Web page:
The 2022 SEC Championship Game rated as the eight biggest mismatch based on Net YPP and rates a similar seventh in APR. Since 2005, there have been fourteen conference title games where one team entered with an APR at least .300 greater than their opponent. The ACC and MAC have been responsible for eight of those fourteen instances (four apiece). However, the biggest mismatch was the inaugural Pac-12 Championship Game. Oregon was rolling in their third season under Chip Kelly, while UCLA qualified for the title game on a technicality. They actually finished two games behind Southern Cal in the South Division, but the Trojans were ineligible for postseason play

As I mentioned last week, no discussion of mismatches would be complete without a look at how each game played out relative to the betting line. Once again, it is necessary to divide the cohort into BCS/Power Five and non-BCS/Group of Five leagues. Here are the results for the BCS/Power Five conferences.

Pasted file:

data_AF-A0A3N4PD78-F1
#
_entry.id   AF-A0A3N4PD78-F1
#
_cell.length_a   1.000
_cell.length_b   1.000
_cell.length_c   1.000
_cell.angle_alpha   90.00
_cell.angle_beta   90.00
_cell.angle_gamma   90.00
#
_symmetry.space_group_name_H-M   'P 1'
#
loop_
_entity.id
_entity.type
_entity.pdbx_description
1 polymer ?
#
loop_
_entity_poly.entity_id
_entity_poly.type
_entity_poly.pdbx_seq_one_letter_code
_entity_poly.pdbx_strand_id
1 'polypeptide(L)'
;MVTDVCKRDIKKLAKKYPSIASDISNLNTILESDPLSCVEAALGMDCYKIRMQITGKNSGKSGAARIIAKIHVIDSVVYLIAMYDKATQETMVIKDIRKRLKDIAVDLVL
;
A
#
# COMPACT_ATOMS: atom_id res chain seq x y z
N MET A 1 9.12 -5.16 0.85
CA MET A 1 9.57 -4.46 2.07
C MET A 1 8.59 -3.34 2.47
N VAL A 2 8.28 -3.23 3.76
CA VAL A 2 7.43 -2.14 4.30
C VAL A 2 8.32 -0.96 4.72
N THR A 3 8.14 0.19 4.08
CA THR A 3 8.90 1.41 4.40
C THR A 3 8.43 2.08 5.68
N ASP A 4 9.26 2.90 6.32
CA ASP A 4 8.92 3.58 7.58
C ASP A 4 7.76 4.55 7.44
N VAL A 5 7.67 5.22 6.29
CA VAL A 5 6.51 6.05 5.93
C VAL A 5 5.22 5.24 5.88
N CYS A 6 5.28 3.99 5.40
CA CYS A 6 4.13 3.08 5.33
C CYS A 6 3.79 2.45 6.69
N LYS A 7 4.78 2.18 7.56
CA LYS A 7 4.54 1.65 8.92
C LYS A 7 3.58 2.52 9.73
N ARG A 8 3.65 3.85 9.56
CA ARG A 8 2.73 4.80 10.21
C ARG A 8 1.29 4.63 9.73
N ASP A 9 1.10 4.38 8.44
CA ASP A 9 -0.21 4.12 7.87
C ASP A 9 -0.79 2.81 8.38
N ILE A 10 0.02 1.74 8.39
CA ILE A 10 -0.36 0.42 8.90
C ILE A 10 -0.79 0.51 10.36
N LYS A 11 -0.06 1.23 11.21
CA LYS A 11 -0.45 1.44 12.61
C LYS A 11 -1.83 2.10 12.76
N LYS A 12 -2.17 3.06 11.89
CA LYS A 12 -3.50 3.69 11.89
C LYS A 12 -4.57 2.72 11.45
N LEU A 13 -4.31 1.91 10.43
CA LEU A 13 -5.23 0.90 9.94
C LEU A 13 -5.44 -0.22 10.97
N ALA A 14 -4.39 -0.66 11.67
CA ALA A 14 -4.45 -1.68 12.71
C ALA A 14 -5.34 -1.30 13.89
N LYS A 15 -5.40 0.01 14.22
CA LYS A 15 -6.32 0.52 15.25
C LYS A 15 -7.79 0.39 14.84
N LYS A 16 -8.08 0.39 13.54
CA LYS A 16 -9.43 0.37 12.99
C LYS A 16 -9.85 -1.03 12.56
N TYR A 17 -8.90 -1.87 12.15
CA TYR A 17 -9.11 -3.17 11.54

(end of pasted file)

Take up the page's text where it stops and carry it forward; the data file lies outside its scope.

All eight BCS/Power Five mismatches featured games involving a spread of at least two touchdowns. The favorite won seven of the eight games, with Virginia Tech suffering the lone loss in the inaugural ACC Championship Game in 2005. Favorites also went 6-2 against the spread with Oregon failing to cover their massive spread against UCLA in 2011. Brace yourselves. The non-BCS/Group of Five teams did not fare nearly as well.
The spreads were not quite as high at the non-BCS/Group of Five level, but five of six were at least double digits. However, only two of six favorites even won the game outright. And they were a perfect 0-6 against the spread. I mentioned it last week, but it bears repeating, talent is clustered much closer together at the non-BCS/Group of Five level than at the BCS/Power Five level. While these lower tier teams may significantly outplay their conference title opponents over the course of the season, their raw talent levels are usually closer so they have a hard time covering these large numbers.